People who attended an outdoor music festival who did not use earplugs, used alcohol and/or drugs and were male were more likely to experience temporary hearing loss.
Georgetown neuroscientists have found that the human brain learns to make sense of auditory and visual stimuli in the same two-step process.
A research shows anti-hypertensive drugs improving heart rate more in patients who listen to music after taking medication. Among musical genres, classical music is the one with greatest efficiency at reducing arterial pressure; Brazilian authors of the study speculate whether music acts on the patients' parasympathetic system, increasing their capability of absorbing medication.
While antibiotics have greatly reduced the dangers of ear infections, serious neurological complications, including hearing loss, facial paralysis, meningitis and brain abscess still occur, according to a report in the journal Current Neurology and Neuroscience Reports.
Seeing an object at the same time that you hear sound coming from somewhere else can lead to the 'ventriloquist illusion' and its aftereffect, but research suggests that simply imagining the object produces the same illusory results. The findings are published in Psychological Science, a journal of the Association for Psychological Science.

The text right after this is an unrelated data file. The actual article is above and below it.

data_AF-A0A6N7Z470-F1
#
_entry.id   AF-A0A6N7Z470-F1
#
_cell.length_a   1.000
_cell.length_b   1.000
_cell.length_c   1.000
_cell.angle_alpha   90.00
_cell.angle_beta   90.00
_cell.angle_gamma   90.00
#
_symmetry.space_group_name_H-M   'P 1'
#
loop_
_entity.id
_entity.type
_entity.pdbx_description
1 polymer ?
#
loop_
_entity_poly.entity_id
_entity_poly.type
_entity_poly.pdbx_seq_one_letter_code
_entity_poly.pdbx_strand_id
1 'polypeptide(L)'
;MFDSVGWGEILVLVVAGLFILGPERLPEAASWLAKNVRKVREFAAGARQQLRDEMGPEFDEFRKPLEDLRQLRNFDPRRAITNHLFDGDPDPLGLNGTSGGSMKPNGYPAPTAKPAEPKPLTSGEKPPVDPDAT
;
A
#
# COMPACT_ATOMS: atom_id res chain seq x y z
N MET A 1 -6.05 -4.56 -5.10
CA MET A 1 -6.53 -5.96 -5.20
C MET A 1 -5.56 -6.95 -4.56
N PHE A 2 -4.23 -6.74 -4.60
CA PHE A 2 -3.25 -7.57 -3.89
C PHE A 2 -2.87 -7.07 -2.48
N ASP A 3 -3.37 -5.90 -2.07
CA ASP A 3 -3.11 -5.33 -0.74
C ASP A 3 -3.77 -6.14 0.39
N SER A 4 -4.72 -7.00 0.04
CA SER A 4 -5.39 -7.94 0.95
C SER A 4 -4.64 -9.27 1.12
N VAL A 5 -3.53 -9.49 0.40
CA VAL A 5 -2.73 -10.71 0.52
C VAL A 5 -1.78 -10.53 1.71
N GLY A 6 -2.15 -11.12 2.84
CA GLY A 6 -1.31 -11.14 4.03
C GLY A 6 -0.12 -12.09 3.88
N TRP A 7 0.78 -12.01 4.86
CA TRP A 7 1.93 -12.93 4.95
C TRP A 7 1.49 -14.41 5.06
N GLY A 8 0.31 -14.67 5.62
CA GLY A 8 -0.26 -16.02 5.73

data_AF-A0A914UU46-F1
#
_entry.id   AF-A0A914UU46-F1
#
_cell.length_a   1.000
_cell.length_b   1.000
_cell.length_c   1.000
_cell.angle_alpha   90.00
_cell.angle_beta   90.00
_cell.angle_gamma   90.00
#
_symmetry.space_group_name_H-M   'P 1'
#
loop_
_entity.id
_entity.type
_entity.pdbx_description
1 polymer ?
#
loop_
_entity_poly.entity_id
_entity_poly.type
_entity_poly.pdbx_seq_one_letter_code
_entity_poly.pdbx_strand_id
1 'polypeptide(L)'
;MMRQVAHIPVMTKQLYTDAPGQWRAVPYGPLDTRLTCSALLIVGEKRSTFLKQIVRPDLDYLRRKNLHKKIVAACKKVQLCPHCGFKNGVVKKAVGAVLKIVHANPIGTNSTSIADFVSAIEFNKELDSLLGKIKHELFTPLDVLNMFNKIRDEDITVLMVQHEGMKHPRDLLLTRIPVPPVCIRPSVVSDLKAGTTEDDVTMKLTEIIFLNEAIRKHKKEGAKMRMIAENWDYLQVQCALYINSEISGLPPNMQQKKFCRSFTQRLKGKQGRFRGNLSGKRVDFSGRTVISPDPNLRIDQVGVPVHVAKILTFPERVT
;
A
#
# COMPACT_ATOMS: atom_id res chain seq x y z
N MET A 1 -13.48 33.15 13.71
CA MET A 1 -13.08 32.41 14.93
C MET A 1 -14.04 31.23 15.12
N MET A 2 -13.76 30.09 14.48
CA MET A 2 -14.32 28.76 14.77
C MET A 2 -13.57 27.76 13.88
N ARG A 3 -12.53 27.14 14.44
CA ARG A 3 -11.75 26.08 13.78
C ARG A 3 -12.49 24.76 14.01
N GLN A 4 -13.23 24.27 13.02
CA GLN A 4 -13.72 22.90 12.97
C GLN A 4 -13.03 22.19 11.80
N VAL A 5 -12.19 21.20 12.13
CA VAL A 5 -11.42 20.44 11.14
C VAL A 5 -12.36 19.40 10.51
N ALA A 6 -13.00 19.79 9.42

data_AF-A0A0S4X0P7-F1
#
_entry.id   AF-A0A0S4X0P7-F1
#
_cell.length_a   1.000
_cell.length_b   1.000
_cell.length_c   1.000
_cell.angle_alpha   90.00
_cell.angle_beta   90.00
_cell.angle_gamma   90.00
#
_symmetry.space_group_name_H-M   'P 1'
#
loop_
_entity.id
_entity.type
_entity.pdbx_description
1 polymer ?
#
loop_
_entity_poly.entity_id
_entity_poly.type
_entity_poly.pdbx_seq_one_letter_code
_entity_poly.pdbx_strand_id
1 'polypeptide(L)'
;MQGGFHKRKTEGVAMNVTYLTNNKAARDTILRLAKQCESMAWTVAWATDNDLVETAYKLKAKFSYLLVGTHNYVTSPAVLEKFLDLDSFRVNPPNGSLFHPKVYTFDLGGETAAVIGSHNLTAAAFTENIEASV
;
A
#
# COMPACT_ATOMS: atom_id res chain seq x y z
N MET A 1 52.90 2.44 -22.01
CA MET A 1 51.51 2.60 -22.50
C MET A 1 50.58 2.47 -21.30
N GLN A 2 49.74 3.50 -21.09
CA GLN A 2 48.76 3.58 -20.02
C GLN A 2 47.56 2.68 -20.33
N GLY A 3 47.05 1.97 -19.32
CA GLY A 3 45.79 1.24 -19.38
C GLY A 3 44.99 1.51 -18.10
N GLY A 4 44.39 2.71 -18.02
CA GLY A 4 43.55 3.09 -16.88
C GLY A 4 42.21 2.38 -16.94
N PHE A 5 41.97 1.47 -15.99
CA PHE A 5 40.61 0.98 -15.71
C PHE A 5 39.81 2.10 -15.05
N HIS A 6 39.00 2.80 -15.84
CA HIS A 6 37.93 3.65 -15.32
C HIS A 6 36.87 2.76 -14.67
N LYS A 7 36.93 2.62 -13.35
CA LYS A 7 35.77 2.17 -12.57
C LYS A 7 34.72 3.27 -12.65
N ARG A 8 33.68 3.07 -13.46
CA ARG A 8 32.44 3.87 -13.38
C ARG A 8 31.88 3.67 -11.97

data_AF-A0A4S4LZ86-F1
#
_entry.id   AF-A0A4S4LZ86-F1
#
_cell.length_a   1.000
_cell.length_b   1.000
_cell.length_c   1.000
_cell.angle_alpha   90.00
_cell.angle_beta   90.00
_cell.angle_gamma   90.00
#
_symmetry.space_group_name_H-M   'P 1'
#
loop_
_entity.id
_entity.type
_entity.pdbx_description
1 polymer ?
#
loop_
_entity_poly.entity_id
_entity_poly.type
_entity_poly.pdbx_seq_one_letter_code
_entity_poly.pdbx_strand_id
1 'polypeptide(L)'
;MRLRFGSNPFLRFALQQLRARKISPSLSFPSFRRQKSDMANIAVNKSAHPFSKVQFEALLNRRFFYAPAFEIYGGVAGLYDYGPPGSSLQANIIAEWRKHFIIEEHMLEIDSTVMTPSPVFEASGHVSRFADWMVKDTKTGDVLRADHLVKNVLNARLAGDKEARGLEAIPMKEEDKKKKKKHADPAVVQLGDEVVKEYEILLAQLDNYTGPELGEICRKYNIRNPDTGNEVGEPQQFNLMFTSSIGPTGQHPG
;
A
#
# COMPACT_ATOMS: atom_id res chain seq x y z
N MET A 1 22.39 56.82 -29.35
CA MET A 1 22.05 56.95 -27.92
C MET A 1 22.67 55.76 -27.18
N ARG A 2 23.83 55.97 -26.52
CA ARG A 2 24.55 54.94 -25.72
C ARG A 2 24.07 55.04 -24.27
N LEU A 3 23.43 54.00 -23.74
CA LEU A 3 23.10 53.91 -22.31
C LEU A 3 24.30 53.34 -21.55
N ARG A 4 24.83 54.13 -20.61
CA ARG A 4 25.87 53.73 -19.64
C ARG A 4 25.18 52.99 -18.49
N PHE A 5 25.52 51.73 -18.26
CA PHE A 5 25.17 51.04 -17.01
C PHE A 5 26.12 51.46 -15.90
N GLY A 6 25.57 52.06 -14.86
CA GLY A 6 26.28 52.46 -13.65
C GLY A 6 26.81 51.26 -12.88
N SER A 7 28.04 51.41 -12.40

The brain continues to put up a fight even as neurodegenerative diseases like dementia damage certain areas and functions. In fact, recent findings in a Baycrest-University of Arizona study suggest that one method the brain uses to counter these diseases is the reassigning of tasks to different regions.
Electrical activity in a region of the parietal cortex underlies the detection of a transition between two complex sounds, finds a study of human participants published in eNeuro. The research provides insight into how the brain tunes into relevant changes in the environment to optimize behavior.
A team of Japanese researchers has discovered a new mechanism to explain stochastic resonance, in which sensitivity to weak signals is enhanced by noise. The finding is expected to help electronic devices become smaller and more energy efficient.
USC and Harvard scientists found a new way to fix cells deep inside the ear, which could help millions of people who suffer hearing loss.
Hearing loss is a common affliction associated with advancing age and exposure to very loud noises, affecting two-thirds of adults over age 70. But living with hearing loss may not be inevitable. Scientists report in the ACS journal Bioconjugate Chemistry a novel approach to the restoration of hearing that delivers stimulants of cell growth and connectivity directly to damaged ear cells.